Happiness too has followed and the memories he's made during the morning runs with Sheppard, the bantos training with Teyla and the sampling of different meals with McKay have all been added to his precious stockpile. They are what keep him on course during the fight for his new home. As the years have passed, other memories have joined them – the team nights of often unintelligible movies and hot buttered pop-corn, the happy glow of Teyla as she swelled with child, the near-constant amiable bickering of McKay and Sheppard – and all of these help counteract the missions gone sour, the increasingly hostile attacks of Wraith and Replicator, and the devastating loss of far too many.
He has his happiness, or at least enough of it to carry on. He would like more, of course, and he still holds tight to his dreams of having a wife and children of his own some day. So it confuses him when he sees that others have the chance to make that dream a reality and yet do not. He can clearly see the greater strength Teyla has gained through her love of Kanaan and Torren and it bewilders him that any military organisation would make illegal the opportunity for a many of its members to make use of the same source of strength. People fight harder when they are fighting for something – when they are fighting for each other. This he knows to be true. And the stronger the bond, the harder they fight. He can see the beginnings of the strongest of all bonds between Sheppard and McKay and knows that others see it too. What he can't see is why they are letting anything stand in their way.
He watches them carefully now as they enter the commissary together. McKay is in the lead, his hands waving in the air as he emphasises some point, with Sheppard following a pace behind, a small smile on his face as he watches Rodney. It is the smile which gives him pause – it's neither Sheppard's trademark smirk nor his Teyla-approved diplomatic smile – instead, it's a quiet smile, gentle, fond, more... meaningful. Sheppard claps McKay on the shoulder as he leans past him to grab a tray, his hand lingering on McKay's body for a beat longer than necessary as he does so. When McKay turns around to reply to whatever it is Sheppard has just muttered in his ear, he can see that the fondness is mirrored in McKay's gaze as he looks at Sheppard. As they move off together to collect their food, heads turned towards one another and shoulders brushing constantly, he begins to wonder whether maybe he's missed something after all.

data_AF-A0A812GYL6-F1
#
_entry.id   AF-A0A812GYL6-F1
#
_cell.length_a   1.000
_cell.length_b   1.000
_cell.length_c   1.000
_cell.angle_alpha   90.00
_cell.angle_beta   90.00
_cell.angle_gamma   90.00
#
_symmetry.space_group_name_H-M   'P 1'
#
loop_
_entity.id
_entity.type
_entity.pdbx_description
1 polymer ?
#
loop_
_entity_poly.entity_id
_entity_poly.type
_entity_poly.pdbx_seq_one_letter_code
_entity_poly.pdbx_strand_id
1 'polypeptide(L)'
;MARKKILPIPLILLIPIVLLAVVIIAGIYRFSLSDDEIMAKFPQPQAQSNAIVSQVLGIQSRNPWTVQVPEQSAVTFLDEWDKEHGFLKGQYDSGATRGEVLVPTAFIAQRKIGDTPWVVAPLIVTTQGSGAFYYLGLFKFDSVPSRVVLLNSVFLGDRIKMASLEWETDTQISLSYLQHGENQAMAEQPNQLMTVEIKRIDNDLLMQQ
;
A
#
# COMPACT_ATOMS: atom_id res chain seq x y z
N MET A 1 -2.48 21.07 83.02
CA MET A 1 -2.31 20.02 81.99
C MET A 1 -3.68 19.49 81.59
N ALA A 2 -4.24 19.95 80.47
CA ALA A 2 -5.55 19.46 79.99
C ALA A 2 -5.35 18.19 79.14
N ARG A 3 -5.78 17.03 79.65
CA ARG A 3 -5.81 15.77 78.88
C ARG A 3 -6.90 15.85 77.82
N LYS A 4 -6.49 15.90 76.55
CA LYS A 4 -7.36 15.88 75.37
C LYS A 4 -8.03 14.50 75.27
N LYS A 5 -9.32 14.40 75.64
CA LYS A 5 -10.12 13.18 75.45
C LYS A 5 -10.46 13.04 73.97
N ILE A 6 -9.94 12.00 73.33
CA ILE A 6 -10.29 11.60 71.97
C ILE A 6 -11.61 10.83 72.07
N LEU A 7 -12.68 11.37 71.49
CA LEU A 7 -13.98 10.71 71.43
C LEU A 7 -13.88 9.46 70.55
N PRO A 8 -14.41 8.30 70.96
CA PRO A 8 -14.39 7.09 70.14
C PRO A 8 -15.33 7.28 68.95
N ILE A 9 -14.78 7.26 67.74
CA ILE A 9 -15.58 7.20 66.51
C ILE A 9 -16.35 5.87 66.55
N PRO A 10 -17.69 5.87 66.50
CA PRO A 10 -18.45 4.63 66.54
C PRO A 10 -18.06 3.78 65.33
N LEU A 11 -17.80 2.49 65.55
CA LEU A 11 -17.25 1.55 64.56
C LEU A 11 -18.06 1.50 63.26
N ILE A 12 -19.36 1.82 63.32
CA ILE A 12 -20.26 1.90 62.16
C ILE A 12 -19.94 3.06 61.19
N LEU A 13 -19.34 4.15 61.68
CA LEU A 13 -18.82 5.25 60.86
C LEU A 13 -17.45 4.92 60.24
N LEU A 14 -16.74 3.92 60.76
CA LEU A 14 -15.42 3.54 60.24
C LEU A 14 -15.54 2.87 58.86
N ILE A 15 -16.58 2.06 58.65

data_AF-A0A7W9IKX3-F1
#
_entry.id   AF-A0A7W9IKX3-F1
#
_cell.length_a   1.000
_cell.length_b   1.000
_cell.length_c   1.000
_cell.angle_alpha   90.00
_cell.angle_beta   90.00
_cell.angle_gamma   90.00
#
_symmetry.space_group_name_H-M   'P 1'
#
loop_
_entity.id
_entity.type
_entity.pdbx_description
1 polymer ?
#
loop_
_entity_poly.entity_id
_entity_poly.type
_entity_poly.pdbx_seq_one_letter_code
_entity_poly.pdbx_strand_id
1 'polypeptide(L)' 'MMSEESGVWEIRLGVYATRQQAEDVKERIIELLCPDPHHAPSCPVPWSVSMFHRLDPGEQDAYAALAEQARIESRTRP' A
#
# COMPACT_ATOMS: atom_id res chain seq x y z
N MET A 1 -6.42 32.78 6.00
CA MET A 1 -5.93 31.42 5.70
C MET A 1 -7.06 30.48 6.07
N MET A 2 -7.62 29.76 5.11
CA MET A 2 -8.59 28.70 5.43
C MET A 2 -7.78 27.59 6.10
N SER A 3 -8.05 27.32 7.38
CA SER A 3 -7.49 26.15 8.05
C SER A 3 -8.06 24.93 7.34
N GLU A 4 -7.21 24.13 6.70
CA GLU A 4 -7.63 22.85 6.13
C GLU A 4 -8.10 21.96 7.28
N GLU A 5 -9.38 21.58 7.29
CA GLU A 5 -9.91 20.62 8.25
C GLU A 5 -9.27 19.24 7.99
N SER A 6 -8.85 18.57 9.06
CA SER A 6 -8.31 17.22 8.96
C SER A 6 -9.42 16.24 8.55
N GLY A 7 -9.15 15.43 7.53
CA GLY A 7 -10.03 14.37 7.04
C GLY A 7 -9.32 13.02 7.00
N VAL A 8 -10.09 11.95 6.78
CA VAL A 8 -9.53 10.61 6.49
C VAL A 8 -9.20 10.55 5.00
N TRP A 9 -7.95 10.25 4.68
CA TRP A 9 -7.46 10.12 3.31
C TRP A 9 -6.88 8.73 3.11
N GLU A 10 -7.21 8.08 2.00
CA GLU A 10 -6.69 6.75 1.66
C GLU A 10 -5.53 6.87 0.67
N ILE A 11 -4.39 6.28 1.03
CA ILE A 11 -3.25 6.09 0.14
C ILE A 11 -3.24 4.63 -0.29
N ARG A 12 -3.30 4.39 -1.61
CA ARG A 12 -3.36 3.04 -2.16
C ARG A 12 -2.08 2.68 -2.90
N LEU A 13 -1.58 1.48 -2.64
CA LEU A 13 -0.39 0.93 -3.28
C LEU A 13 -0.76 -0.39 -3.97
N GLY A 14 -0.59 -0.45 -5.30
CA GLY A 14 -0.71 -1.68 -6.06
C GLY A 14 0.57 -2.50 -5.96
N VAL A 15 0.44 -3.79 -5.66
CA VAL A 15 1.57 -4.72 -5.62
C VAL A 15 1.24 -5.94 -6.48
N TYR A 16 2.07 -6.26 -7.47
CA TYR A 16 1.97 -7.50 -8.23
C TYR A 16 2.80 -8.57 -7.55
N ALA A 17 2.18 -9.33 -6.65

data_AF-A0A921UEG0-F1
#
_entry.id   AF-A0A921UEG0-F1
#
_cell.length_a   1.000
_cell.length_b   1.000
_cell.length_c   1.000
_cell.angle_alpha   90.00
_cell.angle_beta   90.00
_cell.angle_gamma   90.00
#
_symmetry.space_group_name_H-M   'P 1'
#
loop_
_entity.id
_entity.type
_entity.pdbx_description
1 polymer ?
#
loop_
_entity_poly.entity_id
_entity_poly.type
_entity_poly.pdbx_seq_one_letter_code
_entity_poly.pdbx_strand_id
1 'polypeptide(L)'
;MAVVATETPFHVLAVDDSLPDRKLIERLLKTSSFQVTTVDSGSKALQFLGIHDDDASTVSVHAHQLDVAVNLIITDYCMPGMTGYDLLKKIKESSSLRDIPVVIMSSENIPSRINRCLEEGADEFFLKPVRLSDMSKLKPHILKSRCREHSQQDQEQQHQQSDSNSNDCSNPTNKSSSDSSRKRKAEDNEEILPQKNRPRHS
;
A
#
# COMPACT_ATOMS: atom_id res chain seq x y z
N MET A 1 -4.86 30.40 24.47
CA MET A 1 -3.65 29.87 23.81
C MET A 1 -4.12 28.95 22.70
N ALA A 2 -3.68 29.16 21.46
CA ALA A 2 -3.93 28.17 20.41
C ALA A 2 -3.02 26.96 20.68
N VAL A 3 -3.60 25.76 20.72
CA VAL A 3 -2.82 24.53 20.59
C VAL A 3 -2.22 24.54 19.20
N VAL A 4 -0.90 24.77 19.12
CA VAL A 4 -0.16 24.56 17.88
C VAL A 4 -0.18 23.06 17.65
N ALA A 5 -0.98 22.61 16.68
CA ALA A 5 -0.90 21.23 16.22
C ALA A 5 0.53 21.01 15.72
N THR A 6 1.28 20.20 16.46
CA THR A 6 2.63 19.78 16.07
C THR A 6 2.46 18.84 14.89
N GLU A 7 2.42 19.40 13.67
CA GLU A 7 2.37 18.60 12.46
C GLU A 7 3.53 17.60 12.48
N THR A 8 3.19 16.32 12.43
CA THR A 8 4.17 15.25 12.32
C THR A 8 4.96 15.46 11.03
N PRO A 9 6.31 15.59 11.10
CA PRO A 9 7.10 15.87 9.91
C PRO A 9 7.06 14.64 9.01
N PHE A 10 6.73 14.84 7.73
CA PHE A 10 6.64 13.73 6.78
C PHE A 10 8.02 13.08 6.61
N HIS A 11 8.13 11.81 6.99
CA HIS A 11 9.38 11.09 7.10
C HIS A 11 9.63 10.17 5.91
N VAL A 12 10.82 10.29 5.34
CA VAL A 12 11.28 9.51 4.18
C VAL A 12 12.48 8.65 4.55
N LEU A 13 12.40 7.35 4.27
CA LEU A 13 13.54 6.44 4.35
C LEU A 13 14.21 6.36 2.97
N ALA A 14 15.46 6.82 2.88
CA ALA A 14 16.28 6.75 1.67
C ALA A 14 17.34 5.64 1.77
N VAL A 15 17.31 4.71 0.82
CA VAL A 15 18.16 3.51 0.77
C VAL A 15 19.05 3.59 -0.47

Just then a shadow falls over the remains of his dinner and he looks up to see Jennifer Keller smiling down at him, her own dinner tray clutched in her hands.
"Hello," she greets him cheerfully. "Can I join you?"
He nods his assent slowly, savouring how the light in her eyes sparks a new source of joy within his chest. Glancing quickly over to McKay and Sheppard once more – now talking quietly to each other as they share one of the small tables – he recognises a similar joy in their eyes as they look at each other and turns back to smile his own at Jennifer.
Yes, he has been missing something – several somethings as it turns out. Perhaps his own dreams, and those of his friends, are far closer to coming true than he thinks.